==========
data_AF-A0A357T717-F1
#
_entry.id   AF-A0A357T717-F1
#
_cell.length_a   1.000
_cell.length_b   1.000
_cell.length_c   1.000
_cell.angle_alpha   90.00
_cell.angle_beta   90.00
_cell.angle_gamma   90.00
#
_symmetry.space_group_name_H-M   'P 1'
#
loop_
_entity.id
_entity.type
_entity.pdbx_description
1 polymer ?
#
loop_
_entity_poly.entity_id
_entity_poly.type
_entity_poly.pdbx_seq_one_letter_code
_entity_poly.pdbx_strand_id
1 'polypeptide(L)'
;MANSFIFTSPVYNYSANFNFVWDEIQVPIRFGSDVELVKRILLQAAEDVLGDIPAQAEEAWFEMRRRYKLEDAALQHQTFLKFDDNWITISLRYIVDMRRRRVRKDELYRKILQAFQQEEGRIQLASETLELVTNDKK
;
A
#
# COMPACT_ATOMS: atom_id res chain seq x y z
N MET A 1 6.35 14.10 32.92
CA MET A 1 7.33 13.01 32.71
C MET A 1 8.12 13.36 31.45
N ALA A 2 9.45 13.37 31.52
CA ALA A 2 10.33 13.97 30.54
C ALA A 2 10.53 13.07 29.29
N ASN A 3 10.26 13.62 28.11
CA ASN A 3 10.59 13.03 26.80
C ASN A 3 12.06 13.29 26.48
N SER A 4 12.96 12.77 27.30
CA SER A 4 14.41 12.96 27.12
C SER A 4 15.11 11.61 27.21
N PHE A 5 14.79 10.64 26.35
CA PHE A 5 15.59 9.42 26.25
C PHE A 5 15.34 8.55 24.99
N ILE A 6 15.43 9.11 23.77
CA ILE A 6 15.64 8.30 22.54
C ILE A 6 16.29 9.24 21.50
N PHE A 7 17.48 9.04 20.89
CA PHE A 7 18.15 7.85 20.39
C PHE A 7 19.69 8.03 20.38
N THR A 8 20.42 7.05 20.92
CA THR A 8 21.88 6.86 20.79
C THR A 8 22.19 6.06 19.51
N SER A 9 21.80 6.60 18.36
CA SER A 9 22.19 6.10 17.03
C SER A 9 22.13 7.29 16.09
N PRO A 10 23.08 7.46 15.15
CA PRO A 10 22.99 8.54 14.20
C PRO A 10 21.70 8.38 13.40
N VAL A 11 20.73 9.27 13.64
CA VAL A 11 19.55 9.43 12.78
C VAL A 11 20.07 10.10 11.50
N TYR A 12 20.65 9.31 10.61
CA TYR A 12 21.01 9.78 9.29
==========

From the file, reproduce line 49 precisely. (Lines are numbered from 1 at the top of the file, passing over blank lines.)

N PHE A 7 17.48 9.04 20.89